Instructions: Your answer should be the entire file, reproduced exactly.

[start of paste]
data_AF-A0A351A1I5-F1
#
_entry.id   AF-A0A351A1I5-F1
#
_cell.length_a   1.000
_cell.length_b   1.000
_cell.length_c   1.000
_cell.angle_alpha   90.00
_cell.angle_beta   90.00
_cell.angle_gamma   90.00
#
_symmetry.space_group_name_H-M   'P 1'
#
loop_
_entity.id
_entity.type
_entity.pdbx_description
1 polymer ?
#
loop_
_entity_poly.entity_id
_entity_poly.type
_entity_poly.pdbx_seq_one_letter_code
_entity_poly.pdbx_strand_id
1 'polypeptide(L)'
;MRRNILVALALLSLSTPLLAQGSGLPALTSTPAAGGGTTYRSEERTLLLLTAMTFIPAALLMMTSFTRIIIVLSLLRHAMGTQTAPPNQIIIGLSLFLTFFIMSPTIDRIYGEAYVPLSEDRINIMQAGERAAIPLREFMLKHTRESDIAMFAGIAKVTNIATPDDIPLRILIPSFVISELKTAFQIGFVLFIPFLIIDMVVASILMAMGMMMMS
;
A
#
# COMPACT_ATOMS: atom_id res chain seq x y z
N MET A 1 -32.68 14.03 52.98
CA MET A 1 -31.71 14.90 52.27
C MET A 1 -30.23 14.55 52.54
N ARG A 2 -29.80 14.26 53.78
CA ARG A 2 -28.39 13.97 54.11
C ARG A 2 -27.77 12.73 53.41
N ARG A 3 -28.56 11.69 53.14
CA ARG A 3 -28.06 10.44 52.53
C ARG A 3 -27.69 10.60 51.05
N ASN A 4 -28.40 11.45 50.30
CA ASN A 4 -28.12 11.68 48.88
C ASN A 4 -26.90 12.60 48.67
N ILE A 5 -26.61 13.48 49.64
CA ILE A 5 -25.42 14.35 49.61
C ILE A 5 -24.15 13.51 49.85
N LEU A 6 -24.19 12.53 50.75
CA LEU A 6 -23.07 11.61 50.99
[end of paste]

data_AF-A0A351A1I5-F1
#
_entry.id   AF-A0A351A1I5-F1
#
_cell.length_a   1.000
_cell.length_b   1.000
_cell.length_c   1.000
_cell.angle_alpha   90.00
_cell.angle_beta   90.00
_cell.angle_gamma   90.00
#
_symmetry.space_group_name_H-M   'P 1'
#
loop_
_entity.id
_entity.type
_entity.pdbx_description
1 polymer ?
#
loop_
_entity_poly.entity_id
_entity_poly.type
_entity_poly.pdbx_seq_one_letter_code
_entity_poly.pdbx_strand_id
1 'polypeptide(L)'
;MRRNILVALALLSLSTPLLAQGSGLPALTSTPAAGGGTTYRSEERTLLLLTAMTFIPAALLMMTSFTRIIIVLSLLRHAMGTQTAPPNQIIIGLSLFLTFFIMSPTIDRIYGEAYVPLSEDRINIMQAGERAAIPLREFMLKHTRESDIAMFAGIAKVTNIATPDDIPLRILIPSFVISELKTAFQIGFVLFIPFLIIDMVVASILMAMGMMMMS
;
A
#
# COMPACT_ATOMS: atom_id res chain seq x y z
N MET A 1 -32.68 14.03 52.98
CA MET A 1 -31.71 14.90 52.27
C MET A 1 -30.23 14.55 52.54
N ARG A 2 -29.80 14.26 53.78
CA ARG A 2 -28.39 13.97 54.11
C ARG A 2 -27.77 12.73 53.41
N ARG A 3 -28.56 11.69 53.14
CA ARG A 3 -28.06 10.44 52.53
C ARG A 3 -27.69 10.60 51.05
N ASN A 4 -28.40 11.45 50.30
CA ASN A 4 -28.12 11.68 48.88
C ASN A 4 -26.90 12.60 48.67
N ILE A 5 -26.61 13.48 49.64
CA ILE A 5 -25.42 14.35 49.61
C ILE A 5 -24.15 13.51 49.85
N LEU A 6 -24.19 12.53 50.75
CA LEU A 6 -23.07 11.61 50.99